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Alberta to start consultations to improve child care while also removing red tape

A 2020 file photo of a child care centre in Tacoma, Wash. AP Photo/Ted S. Warren

With the Child Care Licensing Regulation set to expire early next year, the Alberta government says it is set to start consultations with stakeholders to improve the quality of child care in the province while also making it safer.

In a news release issued on Monday, the government said it will engage with parents and early childhood educators on the issue, and also seek to reduce “red tape” in the sector.

The government said Grande Prairie MLA Tracy Allard will lead the consultation process after which stakeholder input will be used to help guide regulations and legisltation in the fall.

“I know how important child care is for families and how challenging it can be to find the right option,” Allard said in a news release.

“I firmly believe the best way to improve any organization or system is to hear directly from the people involved.”

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Children’s Services Minister Rebecca Schulz said she hopes that public input will help her government make child care “a more streamlined, easy-to-navigate system that ensures parents and families have access to high-quality, safe and accessible child care choices.”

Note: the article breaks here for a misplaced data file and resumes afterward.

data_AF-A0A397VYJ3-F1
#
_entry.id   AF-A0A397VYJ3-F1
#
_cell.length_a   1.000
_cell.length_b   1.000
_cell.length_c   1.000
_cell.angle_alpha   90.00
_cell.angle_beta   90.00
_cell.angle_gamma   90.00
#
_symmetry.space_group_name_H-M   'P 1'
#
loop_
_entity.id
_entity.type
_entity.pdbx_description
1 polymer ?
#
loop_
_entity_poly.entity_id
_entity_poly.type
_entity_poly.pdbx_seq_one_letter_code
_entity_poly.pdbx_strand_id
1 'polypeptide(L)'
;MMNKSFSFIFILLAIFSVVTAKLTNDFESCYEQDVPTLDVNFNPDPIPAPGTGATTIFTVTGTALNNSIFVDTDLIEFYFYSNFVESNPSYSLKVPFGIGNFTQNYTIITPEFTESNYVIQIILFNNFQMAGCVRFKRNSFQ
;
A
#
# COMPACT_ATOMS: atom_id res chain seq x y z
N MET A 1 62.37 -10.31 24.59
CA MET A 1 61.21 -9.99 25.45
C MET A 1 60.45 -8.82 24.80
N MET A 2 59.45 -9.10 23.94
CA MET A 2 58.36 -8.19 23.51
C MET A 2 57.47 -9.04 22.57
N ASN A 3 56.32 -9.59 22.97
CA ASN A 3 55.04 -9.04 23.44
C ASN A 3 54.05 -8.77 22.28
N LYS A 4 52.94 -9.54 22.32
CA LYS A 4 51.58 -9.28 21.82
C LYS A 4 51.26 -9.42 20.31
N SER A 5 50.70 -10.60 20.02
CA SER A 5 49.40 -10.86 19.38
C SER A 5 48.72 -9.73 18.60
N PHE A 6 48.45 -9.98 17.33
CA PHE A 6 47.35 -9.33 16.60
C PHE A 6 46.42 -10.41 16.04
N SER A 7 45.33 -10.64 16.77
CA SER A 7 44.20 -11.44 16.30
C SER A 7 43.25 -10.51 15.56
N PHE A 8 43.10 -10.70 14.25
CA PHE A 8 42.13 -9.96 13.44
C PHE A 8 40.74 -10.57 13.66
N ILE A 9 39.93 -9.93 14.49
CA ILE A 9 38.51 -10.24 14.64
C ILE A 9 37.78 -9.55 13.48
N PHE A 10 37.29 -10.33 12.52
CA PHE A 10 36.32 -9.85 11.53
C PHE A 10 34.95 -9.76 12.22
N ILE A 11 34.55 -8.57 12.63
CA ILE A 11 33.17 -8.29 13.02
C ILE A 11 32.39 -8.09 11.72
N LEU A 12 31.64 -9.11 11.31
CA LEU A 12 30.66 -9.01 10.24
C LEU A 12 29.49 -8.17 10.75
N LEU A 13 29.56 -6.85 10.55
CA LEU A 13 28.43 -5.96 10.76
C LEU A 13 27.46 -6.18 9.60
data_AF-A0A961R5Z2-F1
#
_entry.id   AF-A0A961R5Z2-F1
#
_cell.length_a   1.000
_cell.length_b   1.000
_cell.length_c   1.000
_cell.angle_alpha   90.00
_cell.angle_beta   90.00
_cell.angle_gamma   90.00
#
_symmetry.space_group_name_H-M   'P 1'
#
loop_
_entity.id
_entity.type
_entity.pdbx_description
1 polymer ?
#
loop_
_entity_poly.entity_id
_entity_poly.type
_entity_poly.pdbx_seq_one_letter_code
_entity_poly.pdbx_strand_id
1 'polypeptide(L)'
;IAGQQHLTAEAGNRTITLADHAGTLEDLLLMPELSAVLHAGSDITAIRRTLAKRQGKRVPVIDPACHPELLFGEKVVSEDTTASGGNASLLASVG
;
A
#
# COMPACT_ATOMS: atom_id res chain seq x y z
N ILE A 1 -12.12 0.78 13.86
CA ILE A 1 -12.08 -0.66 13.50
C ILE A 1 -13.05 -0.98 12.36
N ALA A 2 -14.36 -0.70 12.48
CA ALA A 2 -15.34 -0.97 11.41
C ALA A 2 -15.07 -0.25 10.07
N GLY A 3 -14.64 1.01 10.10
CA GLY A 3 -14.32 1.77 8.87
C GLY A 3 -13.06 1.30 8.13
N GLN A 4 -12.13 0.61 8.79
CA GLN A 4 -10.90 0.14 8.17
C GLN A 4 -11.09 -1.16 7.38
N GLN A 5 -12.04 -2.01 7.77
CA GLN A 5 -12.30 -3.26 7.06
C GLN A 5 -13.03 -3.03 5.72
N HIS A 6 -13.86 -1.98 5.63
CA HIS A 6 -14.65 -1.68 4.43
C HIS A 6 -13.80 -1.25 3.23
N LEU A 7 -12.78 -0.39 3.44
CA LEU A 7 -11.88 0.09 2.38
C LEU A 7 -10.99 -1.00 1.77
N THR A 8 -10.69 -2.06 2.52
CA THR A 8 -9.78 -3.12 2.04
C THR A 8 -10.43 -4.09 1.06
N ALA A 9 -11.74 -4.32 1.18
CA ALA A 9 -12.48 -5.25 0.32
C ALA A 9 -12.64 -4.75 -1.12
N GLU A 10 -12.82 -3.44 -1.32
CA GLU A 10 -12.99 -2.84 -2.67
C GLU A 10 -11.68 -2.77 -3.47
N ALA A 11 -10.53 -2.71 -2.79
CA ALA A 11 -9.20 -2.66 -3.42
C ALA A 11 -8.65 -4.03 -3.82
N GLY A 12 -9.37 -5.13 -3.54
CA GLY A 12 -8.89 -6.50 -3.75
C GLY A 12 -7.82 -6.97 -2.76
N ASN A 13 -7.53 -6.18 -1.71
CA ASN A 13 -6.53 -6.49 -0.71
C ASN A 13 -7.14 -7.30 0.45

The government said consultations will involve “virtual table talk sessions” with child care operators and industry associations and an online survey that will be launched next week.

The survey, which will be available at alberta.ca, can be filled out by parents, early childhood educators and operators.

READ MORE: Coronavirus: Alberta offers grants to child care centres, day homes to prepare for relaunch 

The government said it tailored its consultation methods to allow for social distancing amid the ongoing COVID-19 pandemic.

In March, the government announced that in order to reduce red tape, it was scrapping a child care accreditation funding program that ran parallel to the province’s licensing program. At the time, the government said that although the program is ending, wage top-ups will remain for licensed programs.

On Monday, the government said that launching consultations will allow it “to enshrine principles of quality child care within legislation, rather than through the previous system of accreditation.”

READ MORE: Alberta government to axe child care accreditation program 

Click to play video: 'Alberta government ditches early child care accreditation process' Alberta government ditches early child care accreditation process
Alberta government ditches early child care accreditation process – Mar 3, 2020

According to the government, 105,300 of 726,200 children age 12 and under in Alberta are enrolled in regulated child care spaces. In total, there are over 2,900 active licensed or approved programs with more than 138,000 child care spaces across the province.

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The Child Care Licensing Regulation is set to expire on Jan. 31, 2021.

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